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A lot of business owners and online marketers mistakenly believe that the key to maintaining and updating a successful website is to constantly make big sweeping changes all at once. The reality, however, is that the devil is often in the minor details of website building and maintenance. By making small changes and focusing on pages or concepts that are ranking well but not quite at the top of Search Engine Results Pages (SERPs) can help you vastly improve your search engine rankings and create more well-rounded and effective SEO campaigns.
Here are some routine search engine optimization changes you should make to your website and content.
Google officially launched the “People Also Ask” (PAA) feature that appears at or near the top of some SERPs back in 2015. In the beginning, most users were only presented with two questions that were related to their original search query.
Since then, Google has expanded the feature to provide much more informative and in-depth answers to online users. But it also works as a double-edged sword that benefits online marketers as well. While the small snippets of text or images provided give answers to user queries, the questions that are presented give online marketers an idea of what their target audiences are searching for.
This information can then strategically be used to create relevant content that provides the information that users are seeking out. You can use PAA to find out what your existing and prospective customers are looking for online and then actively become their top source of information by creating relevant content that directly answers their questions. Be careful, though, when answering questions because sometimes providing an answer that’s too informative may negate the need for a user to actually click onto your website.
The key is to give just enough information to keep them interested and compel them to click the link to get more information without giving it all away in the brief snippet. Since the initial launch, Google has vastly expanded PAA to include an endless foray of potential questions.Each time a user clicks on a specific question to get an answer five or six more related questions automatically appear beneath it. The questions that appear depend on the original question that was clicked on.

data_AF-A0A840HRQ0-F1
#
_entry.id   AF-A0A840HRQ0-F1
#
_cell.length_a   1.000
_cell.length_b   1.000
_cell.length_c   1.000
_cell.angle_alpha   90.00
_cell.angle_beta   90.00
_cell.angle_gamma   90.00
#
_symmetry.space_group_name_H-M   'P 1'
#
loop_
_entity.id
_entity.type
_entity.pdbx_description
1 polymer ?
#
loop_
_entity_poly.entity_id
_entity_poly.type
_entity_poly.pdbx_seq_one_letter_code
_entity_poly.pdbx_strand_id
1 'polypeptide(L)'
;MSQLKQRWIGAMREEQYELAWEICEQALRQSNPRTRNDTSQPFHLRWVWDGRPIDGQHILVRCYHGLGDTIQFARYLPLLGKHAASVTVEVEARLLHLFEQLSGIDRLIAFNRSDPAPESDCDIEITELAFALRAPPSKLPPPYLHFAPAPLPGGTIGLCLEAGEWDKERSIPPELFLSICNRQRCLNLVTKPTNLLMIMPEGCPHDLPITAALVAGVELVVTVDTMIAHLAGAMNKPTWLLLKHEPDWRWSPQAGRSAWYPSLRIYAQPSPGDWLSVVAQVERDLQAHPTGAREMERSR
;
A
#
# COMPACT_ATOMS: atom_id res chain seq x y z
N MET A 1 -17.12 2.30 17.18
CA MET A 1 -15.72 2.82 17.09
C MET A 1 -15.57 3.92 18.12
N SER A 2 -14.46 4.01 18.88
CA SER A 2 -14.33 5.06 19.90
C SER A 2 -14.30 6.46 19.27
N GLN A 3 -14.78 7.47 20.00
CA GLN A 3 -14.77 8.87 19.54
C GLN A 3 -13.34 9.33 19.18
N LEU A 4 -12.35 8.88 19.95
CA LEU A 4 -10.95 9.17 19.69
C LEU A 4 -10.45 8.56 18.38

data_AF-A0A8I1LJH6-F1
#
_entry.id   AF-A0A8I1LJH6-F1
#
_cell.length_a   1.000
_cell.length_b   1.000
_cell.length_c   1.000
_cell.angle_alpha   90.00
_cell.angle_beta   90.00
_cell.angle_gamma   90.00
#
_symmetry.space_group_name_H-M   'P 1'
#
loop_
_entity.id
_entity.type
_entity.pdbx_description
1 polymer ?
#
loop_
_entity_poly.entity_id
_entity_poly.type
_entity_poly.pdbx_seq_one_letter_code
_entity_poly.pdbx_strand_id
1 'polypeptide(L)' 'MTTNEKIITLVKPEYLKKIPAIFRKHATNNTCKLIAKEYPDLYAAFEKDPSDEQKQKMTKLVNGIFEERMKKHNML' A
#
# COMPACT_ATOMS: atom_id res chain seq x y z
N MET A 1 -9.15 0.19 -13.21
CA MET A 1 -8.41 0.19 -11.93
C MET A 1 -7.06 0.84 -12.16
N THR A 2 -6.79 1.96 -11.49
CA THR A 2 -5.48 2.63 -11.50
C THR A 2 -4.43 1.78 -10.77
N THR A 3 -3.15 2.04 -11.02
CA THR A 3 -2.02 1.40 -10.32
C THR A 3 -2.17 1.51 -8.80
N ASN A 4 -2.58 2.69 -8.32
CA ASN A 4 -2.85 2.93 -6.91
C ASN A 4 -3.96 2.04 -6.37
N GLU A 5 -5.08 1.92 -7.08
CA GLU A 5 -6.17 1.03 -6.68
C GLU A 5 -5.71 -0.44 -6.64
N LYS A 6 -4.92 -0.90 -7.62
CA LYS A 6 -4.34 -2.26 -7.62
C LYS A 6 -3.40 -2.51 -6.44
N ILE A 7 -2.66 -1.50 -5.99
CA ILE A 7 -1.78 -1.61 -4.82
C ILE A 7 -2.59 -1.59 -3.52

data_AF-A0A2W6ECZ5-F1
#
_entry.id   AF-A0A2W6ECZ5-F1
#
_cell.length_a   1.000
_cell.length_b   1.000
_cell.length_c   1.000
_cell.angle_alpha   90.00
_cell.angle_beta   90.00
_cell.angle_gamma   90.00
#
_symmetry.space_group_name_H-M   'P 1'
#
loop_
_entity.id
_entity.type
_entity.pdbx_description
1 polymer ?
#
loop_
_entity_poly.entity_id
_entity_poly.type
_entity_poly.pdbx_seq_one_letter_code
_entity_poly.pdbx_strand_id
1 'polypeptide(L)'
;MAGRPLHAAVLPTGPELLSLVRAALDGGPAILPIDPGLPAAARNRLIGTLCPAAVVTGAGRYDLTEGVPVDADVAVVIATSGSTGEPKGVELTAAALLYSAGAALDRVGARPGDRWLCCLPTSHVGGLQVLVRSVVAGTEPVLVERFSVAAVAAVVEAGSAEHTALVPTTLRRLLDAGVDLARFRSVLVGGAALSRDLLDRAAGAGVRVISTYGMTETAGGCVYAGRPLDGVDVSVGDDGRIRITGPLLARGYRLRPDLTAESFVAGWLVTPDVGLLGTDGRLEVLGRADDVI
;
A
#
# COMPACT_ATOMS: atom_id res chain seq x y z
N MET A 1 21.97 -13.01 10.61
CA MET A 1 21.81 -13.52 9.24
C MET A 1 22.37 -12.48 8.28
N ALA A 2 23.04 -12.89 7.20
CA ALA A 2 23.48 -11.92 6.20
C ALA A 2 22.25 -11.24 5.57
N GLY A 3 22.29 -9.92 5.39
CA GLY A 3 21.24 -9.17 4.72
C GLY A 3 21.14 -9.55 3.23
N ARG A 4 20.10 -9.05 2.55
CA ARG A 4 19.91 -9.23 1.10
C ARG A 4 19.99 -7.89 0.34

The idea behind this concept and feature is to help Google gain a clearer understanding of what the search intent is, so that the search engine can provide the most relevant and accurate answer.
The best part is that it’s completely free for anyone to use, which means it saves online marketers, such as yourself, thousands of dollars in conducting market research because you can just do it yourself.
In the same vein as PAA, FAQ structured data is a great way to obtain and retain the visibility on your website through relevant short- and long-tail keyword usage. Recently, Google has been focusing on a how-to or a question and instruction-based structure to answer questions.
For instance, if someone enters a search query like “how to reverse park a car”, then they’ll most likely be presented with instructional videos, text snippets, or images that show them that style of parking so they can teach themselves.
Once again, PAA marketing research provides a wealth of valuable information in regards to which searches are most relevant to your organization and how you can use them to boost SEO. Use these questions as a basis to help you determine what FAQ to include on your website.
This also applies to pages that have the potential to rank higher, but just need a little extra boost. Pages that can benefit from a little extra work are ones that appear either at the bottom of the first results page or the top of the second results page.
You can improve the rankings of these pages by:
Making these changes makes it easier for search engines like Google, Bing, or Yahoo to crawl your website and find relevant information faster. The faster and easier it is for search engines to crawl your website, the more likely certain pages are to rank higher in SERPs and help you gain greater visibility.
301 redirect chains are a result of failing to ensure that all existing URLs on your website end in HTTPS before migrating them to SSL. Essentially, what happens is that multiple redirect pages are created and linked in a single multifaceted chain and this can slow down the website or page crawling process, which can subsequently lower your ranking because it makes the search engine think your website isn’t secure.
To the user, it simply looks like the web page isn’t loading. After a few seconds, they’ll probably get frustrated and leave. Your best bet is to eliminate as many of the redirects as possible to help increase your web page loading speed and boost SERP rankings.
Internal linking is a vital and effective SEO tactic because it provides users with additional information on any given topic of interest without causing them to navigate away from your website. Internal links are hyperlinks that users can click on to get to another article on your website that provides more information about specific topics. This is useful because it establishes your organization as a bona fide authority on that specific subject.
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